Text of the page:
One of the problems with Perl is the infamous
"There's more than one way to do it"
This has often driven me to distraction, but it is a plus and a minus for
the perl language. Perl is not an easy language to learn. Those who are already facile with
awk, gawk, or sed, and know regular expressions and
Unix command line hackery, do very well. Those of us who are just part-time
perlers: it's always a struggle, and you need to constantly refer to books and good code examples.
Do you have any
perl reference books? I've found all of the O'Reilly books helpful, and
Apress has a particularly good one as well, "Pro Perl" by Peter Wainwright. O'Reilly books are completely DRM free;
Apress requires a password. For either, you can make as many copies as you want for your own use. I have perhaps 50 digital reference books, which I keep on my iPad, (some) iPhone, and every PC in regular use. They are invaluable.
O'Reilly has multiple formats (including for Kindle); can't remember with
Good luck, and with patience and persistence, you will get it. Besides,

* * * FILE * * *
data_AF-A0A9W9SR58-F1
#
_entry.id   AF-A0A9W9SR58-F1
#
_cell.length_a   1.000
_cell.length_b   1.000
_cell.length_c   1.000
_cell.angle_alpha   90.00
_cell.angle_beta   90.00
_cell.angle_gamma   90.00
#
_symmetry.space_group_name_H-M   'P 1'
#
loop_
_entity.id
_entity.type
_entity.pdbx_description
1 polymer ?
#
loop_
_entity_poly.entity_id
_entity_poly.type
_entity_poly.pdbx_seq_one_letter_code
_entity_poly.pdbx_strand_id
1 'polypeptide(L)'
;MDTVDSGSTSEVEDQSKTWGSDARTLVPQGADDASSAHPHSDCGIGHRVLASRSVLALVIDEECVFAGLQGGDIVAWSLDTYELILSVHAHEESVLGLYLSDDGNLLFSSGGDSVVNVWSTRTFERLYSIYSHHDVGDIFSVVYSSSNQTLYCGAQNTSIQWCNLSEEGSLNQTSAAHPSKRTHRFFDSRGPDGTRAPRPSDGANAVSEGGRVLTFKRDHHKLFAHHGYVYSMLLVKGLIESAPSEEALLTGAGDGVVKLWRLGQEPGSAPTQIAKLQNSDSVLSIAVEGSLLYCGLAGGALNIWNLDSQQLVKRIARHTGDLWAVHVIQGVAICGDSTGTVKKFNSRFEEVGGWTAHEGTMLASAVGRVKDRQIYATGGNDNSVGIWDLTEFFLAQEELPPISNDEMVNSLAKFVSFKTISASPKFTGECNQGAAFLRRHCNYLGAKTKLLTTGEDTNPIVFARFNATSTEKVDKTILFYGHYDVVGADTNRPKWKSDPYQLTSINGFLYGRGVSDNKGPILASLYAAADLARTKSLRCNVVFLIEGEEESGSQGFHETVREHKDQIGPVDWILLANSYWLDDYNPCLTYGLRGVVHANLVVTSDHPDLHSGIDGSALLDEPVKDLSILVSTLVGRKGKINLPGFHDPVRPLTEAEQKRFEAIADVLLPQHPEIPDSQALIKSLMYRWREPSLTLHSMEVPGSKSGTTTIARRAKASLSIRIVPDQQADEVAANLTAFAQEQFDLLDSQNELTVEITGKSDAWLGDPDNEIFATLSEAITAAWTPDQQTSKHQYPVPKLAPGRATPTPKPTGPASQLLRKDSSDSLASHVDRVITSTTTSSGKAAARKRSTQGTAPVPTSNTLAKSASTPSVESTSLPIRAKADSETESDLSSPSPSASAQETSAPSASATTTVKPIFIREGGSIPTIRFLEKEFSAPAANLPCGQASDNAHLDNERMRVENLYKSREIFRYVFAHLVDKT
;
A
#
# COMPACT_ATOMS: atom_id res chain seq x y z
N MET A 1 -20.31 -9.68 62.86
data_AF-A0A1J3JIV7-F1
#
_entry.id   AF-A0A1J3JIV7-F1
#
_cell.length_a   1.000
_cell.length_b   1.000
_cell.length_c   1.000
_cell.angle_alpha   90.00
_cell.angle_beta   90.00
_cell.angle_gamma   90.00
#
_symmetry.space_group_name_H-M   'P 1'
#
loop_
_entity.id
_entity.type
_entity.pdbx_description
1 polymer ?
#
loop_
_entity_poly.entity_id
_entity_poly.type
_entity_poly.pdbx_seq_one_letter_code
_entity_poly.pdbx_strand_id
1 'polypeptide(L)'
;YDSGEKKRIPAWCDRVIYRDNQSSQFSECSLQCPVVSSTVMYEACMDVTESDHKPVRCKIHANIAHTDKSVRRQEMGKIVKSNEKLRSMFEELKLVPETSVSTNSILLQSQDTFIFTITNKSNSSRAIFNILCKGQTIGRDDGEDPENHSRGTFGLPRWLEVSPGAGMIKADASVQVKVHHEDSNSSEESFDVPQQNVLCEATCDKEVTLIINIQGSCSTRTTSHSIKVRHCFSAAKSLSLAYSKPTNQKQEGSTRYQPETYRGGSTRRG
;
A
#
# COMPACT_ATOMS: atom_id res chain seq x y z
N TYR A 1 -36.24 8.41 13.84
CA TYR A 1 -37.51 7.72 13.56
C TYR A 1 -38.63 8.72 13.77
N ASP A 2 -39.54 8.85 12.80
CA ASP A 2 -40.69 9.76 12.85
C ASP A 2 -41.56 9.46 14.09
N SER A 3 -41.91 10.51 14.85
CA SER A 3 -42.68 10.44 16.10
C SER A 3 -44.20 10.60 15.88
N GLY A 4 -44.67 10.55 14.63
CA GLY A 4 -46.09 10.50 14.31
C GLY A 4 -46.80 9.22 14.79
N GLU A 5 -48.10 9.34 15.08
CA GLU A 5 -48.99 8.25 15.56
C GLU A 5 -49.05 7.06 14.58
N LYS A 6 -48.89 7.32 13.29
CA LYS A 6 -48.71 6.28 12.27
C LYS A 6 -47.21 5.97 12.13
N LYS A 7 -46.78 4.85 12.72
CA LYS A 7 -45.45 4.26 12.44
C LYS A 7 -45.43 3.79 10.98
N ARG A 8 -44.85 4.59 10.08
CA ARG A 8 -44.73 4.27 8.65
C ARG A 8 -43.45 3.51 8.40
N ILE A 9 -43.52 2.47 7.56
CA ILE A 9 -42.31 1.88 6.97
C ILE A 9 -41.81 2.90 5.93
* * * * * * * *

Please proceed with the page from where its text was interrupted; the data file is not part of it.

the folks on this list are remarkable for their patience and willingness to help. It's a great list.
Thanks to all.
Thomas Paine [mailto:firstname.lastname@example.org]
Sent: Saturday, January 25, 2014 12:56 PM
To: Kevin Robert Keegan
Cc: The main list for the MisterHouse home automation program
Subject: Re: [mh] Perl Tidy Survey - aka "27 Questions About Things You Never Thought About in Coding"
I just completed the survey now, not that I have really any experience or knowledge on coding.
I picked answers that I would like to see the code done as, that may help me learn to code better.
I am keen to see a standard code base. One thing I found that while trying to learn to create my own code, is that examples I was following along with, and then suggestions
by other users were all wildly different, and I didn't really understand what I was doing or using or implementing, it either just worked by luck, or by chance.
On 24 January 2014 15:45, Kevin Robert Keegan <email@example.com> wrote:
So we have 13 responses to the survey. This is a pretty low number, but luckily in most cases it seems we have broad consensus, meaning 8+ votes for a particular style.
The answers that have less of a consensus, are mostly what I would deem very nuanced differences, that most people are not likely to have a dominant preference on.
I want to hold off on releasing the results, so as not to bias anyone. But I do want to encourage anyone who has any desire to have a voice in this to vote by next Friday.
At that point I will post the results for discussion.
On 01/17/2014 08:11 PM, Kevin Robert Keegan wrote:
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